Tong, who was President of Kiribati for 12 years from 2003 to 2015, was speaking to Islands Business in Suva before his departure for Tarawa on a special repatriation flight.
The magazine had sought his views on the five-way race for the SG’s job amidst insistence by his country and the four other Forum member nations that belong to the Micronesian sub-region (Federated States of Micronesia, Marshall Islands, Nauru and Palau) that it was Micronesia’s turn to provide the new head of the 18- member Forum, a grouping of independent and self-governed territories in the Pacific which also includes Australia and New Zealand.
The Forum’s secretariat is based in Suva, Fiji and current SG, Dame Meg Taylor of Papua New Guinea, completed her six-year term in December last year. Pacific leaders were unable to appoint a successor in 2020 due to the cancellation of their annual Forum summit as a result of the COVID19 pandemic.
Forum chair, Tuvalu Prime Minister, Kausea Natano – at the insistence of the Micronesian members of the Forum – has called a special leaders Forum this week to decide on Dame Meg’s replacement.
In the running are Micronesia’s candidate, Ambassador Gerald Zackios of the Marshall Islands, Jimmy Rodgers of Solomon Islands, Ratu Inoke Kubuabola of Fiji, Amelia Kinahoi Siamomua of Tonga and a former prime minister of Cook Islands, Henry Puna.
President Tong believes that for such a controversial and problematic appointment, leaders need to meet face to face. A virtual discussion won’t cut it he insists.
“A contentious issue like this one cannot be decided virtually over camera links. They have to sit down together and negotiate.
“Otherwise it is going to result in fragmentation and already we are seeing signs of that taking place.”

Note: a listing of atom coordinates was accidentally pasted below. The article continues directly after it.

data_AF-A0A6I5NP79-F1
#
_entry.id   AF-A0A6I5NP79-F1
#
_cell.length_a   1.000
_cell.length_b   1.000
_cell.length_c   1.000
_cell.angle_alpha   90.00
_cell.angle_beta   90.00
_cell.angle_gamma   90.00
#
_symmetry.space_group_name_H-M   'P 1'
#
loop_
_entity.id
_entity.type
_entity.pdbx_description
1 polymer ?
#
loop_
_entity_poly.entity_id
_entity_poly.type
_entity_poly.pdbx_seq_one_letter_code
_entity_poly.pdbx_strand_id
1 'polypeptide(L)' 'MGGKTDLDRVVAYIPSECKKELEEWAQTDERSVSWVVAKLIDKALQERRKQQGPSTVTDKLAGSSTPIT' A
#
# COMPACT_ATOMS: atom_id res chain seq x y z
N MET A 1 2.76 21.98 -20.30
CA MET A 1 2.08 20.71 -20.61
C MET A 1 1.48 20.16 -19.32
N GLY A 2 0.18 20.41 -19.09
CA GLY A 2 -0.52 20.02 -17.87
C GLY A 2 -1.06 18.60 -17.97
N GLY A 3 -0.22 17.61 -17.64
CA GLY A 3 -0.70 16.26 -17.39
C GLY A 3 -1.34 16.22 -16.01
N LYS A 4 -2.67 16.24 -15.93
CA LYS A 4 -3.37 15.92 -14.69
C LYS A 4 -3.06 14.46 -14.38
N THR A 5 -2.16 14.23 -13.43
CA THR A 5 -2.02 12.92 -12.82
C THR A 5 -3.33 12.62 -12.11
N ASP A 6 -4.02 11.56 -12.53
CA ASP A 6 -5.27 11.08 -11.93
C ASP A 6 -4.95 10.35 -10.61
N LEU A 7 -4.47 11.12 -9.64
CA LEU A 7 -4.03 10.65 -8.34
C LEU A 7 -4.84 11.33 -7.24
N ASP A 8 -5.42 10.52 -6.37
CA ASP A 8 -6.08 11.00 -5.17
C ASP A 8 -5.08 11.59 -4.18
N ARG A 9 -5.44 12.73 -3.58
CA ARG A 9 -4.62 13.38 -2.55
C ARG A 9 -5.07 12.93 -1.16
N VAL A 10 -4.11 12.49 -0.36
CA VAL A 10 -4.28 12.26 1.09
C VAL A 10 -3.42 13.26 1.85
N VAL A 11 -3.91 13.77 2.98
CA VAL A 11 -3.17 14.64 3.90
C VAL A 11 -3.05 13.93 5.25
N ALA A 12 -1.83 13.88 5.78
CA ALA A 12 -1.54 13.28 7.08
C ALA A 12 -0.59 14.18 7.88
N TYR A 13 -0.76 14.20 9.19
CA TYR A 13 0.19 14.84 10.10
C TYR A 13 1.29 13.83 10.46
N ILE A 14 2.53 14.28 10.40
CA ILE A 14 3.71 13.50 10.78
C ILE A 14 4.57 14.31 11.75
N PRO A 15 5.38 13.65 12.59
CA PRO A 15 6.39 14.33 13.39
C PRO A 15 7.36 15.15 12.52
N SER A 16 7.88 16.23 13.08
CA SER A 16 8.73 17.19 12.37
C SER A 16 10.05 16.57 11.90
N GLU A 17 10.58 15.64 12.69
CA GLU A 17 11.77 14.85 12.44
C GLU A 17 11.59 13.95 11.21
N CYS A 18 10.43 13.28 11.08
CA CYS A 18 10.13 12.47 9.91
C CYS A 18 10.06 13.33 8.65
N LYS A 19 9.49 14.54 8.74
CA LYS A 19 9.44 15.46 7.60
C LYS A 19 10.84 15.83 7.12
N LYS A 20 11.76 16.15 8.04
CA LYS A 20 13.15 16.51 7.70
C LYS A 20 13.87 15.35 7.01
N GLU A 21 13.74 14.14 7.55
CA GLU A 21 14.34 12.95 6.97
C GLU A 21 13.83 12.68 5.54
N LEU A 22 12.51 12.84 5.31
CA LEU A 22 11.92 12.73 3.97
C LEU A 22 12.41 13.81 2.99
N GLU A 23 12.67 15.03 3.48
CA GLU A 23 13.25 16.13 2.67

The Kiribati president says controversy over the appointment of the Forum’s SG is nothing new. It surfaced at the expiry of the term of the first head of the Forum in 1978, that of Mahe Tupouniua of Tonga.
“In 1978 an all-out confrontation broke out between the Prime Minister of Samoa and Ratu Mara of Fiji. Because of that row, the Prime Minister of Tonga offered a compromise, to extend Mahe’s turn for a third time.”
President Tong believes the Forum leaders could do the same, as a way out of the impasse by extending Dame Taylor’s contract for another term.
Working then as an employee of the Forum, Tong said Samoa had wanted to nominate one of its own to succeed Tupouniua when the late Ratu Sir Kamisese Mara, Prime Minister of Fiji objected, arguing that Polynesia through Tonga’s Tupouniua had already had its turn.
According to Tong, the so called ‘unwritten rule’ was introduced from this 1978 conflict, whereby the job of the Forum SG would be rotated among the three sub regions, and that Fiji, Australia and New Zealand could only provide a deputy SG, not fill the top job.
Despite this, Tong said another row broke out between leaders in 2003 when another PNG national, Noel Levi had completed his term as SG and leaders disagreed on a replacement at the Forum hosted by New Zealand.
Unable to reach a consensus, Australian diplomat, the late Greg Urwin, was voted in as the next SG, recalled President Tong.
Only once in the Forum Secretariat’s 51 years of existence has a Micronesian led the organisation, which happened in 1992 with the appointment of the founding President of Kiribati, Ieremaia Tabai to the position.
He served from 1992 to 1998.
There have been no cases of coronavirus reported in the Pacific Islands region, although Australia and New Zealand have reported cases, and in the case of Australia, one death.
However the Pacific region has responded with a series of travel advisories and requirements.
These are constantly being updated, but here is the most recent series of requirements, as of March 2.
Federated States of Micronesia
Nauru has announced entry restrictions for any travellers who have travelled from or through China in the 21 days prior to traveling to Nauru. The same restriction applies to travel from or through areas with a “publicly stated outbreak” or other areas of outbreak concern specified by the Nauru Ministry of Health and Medical Services.
Wallis and Futuna